When Disney decided to add a level of resort to compete with the more moderately priced hotels located outside of Walt Disney World, the Caribbean Beach Resort was the first of four resorts to fill this niche. Suddenly families who were unable to afford the deluxe resorts were able to stay on Disney property and enjoy the perks provided to Disney resort guests.
The resort is named appropriately, as the theming is based on various Caribbean islands. There are six separate "villages," each named for a different island and built with a different color scheme.
Jamaica at the Caribbean Beach Resort.
Barbados at the Caribbean Beach Resort.
The six villages are Trinidad North, Trinidad South, Jamaica, Aruba, Barbados and Martinique. They are built around a 42-acre lake, and each village has its own quiet pool, laundry room and a beach. Most if not all beaches also have a playground, and swimming is not permitted at any beach.
Martinique's quiet pool at the Caribbean Beach Resort.
Martinique at the Caribbean Beach Resort.
A 1.4-mile paved walkway surrounds the lake, and guests can rent bicycles. Each village also has its own bus stop, but with seven stops, including the food court, it can seem to take a long time to get anywhere via Disney bus. The buildings are all colorful and attractive, effectively creating the feeling of being on a Caribbean island. Foliage is lush and tropical, and there is even a small island in the center of the lake. This island, called Parrot Cay Island, used to house several parrots but those have been removed. The island still serves as a shortcut to food from some of the villages, and is a pleasant stroll.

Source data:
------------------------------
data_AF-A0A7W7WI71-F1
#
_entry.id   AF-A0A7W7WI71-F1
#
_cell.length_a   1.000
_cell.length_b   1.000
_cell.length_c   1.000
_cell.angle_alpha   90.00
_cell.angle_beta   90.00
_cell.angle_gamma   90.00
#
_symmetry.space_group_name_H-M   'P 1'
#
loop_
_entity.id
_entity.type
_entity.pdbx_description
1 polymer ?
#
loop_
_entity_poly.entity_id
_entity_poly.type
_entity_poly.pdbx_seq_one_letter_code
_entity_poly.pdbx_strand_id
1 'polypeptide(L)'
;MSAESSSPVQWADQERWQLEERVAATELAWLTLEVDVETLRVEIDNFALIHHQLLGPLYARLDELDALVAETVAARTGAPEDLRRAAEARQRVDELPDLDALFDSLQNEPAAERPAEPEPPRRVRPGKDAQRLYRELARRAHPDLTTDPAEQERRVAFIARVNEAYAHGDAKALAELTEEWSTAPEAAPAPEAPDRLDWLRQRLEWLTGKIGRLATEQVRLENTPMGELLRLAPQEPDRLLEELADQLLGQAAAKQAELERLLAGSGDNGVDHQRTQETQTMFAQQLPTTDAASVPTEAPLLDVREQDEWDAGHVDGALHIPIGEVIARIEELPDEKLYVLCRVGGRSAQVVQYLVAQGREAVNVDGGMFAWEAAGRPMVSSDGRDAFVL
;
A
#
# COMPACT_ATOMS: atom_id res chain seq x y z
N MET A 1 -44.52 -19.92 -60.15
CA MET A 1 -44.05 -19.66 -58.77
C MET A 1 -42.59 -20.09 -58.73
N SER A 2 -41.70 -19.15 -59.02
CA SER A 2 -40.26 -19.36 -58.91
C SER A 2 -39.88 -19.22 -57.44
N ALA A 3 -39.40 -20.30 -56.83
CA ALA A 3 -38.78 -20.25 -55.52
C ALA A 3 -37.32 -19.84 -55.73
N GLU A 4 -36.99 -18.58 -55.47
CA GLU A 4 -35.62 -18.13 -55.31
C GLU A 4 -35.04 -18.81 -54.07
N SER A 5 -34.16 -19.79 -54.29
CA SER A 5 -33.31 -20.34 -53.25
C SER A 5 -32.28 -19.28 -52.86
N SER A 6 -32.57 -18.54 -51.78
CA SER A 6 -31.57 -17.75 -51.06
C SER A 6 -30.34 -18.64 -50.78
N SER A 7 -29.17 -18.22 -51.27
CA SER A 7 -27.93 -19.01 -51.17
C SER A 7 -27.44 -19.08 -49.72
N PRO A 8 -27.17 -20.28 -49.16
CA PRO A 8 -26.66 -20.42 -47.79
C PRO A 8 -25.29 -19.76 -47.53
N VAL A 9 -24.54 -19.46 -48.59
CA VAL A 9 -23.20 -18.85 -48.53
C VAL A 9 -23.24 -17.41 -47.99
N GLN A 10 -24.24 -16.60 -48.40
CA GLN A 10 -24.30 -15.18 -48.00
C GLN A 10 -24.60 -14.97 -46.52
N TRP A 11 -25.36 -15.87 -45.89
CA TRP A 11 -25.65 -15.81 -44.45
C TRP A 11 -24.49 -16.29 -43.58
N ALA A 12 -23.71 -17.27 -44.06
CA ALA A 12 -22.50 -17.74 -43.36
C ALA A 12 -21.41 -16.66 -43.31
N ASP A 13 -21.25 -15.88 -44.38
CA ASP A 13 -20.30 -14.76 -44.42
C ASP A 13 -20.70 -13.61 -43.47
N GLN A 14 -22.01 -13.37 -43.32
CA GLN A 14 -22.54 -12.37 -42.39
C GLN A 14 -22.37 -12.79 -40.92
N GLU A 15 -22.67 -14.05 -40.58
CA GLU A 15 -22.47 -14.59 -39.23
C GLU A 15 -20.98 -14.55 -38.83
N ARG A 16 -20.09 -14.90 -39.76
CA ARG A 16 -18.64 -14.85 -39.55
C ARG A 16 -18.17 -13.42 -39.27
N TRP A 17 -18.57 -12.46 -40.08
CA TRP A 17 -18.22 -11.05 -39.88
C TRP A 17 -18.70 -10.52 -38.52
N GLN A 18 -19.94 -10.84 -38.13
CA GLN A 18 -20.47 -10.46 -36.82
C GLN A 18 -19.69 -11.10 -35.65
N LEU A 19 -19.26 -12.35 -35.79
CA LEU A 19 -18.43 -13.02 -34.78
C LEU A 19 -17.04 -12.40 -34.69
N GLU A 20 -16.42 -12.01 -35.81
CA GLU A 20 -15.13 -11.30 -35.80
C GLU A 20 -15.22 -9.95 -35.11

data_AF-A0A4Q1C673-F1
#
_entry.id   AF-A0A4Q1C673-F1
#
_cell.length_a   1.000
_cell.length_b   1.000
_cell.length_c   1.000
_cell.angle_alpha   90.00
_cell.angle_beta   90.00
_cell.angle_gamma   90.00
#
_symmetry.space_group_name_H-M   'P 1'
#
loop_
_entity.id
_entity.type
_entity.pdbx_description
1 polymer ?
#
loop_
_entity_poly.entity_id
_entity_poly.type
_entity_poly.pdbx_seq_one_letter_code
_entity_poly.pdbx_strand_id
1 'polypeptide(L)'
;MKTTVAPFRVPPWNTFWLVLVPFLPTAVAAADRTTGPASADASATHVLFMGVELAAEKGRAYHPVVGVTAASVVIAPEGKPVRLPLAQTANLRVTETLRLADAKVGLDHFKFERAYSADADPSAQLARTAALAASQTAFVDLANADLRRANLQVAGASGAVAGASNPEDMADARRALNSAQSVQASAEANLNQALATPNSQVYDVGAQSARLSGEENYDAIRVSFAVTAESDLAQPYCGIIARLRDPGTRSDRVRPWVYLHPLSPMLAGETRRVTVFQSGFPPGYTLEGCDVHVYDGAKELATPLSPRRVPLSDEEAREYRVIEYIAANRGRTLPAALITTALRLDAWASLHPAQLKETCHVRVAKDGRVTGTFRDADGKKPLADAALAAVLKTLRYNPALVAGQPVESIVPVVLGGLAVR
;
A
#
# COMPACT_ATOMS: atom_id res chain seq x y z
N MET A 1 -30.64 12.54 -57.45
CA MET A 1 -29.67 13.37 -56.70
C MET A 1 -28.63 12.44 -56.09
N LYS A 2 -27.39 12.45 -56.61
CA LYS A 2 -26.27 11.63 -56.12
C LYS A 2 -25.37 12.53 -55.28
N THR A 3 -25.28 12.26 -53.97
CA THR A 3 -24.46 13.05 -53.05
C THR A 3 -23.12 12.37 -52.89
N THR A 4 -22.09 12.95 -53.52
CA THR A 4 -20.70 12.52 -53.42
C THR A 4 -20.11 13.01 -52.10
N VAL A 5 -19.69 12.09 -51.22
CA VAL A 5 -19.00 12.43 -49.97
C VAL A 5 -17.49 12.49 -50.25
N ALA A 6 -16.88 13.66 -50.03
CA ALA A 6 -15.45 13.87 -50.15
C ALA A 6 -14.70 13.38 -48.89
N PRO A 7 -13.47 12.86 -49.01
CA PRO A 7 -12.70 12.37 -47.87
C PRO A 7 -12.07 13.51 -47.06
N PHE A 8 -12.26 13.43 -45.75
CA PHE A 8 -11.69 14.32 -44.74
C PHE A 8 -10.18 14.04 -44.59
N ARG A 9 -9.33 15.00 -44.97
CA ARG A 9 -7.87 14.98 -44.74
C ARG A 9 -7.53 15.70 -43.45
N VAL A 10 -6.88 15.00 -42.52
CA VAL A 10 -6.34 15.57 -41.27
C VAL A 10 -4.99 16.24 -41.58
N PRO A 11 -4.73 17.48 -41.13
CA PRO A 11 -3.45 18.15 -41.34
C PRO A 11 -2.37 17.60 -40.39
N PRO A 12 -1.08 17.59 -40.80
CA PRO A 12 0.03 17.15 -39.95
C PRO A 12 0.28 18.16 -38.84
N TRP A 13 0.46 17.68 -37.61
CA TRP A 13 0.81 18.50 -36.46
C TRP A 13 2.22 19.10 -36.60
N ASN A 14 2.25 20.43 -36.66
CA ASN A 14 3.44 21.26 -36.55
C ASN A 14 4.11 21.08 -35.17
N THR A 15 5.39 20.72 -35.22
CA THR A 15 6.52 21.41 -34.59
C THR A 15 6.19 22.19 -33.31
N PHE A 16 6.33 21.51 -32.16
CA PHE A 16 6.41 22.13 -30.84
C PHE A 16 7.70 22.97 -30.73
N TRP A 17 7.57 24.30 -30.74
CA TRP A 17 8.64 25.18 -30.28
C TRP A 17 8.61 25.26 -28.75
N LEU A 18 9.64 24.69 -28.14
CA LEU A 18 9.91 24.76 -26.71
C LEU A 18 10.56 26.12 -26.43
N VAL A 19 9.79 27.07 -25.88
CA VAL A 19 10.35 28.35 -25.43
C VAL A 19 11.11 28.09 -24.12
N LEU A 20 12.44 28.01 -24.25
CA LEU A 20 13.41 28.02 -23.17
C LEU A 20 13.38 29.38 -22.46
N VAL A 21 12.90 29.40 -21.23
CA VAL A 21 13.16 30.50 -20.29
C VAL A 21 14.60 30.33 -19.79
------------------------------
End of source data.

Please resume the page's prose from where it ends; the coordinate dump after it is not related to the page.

Aruba's quiet pool at the Caribbean Beach Resort.
Trinidad at the Caribbean Beach Resort.
In addition to the six villages, the seventh bus stop is at Old Port Royale Center Towne, home to the resort's dining and shopping venues. Located between Martinique and Trinidad North and directly across the lake from Aruba and Jamaica, any of those four villages would be the most convenient. The food court recently reopened after being renovated to make it more similar to the other resort food courts.
The food court stands offer the usual fare.
Previously, customers had to pay when ordering their food, and would have to go from stand to stand if, for example, one person wanted pizza and another wanted a burger. Today they still have to go to multiple stands to get different items, but they pay at one time just before going to their seats. While not the ideal setup, it is an improvement. The food offered includes pizza, burgers, pasta, chicken fingers, deli sandwiches and some salads.
New centralized cashier station at the food court.
During the renovation, they opened up part of the area at the beginning of the food stands to create a market similar to the other resort food courts. It's bright and attractive, with a variety of baked goods, cold drinks, and ready-made sandwiches and salads. Unfortunately, they have experienced trouble with food walking out of there unpaid, so there may be changes coming. A cast member is at a cash register at one end, but being behind a counter, there is not much he can do to stop someone from walking away at the other end.
The new market area of the food court.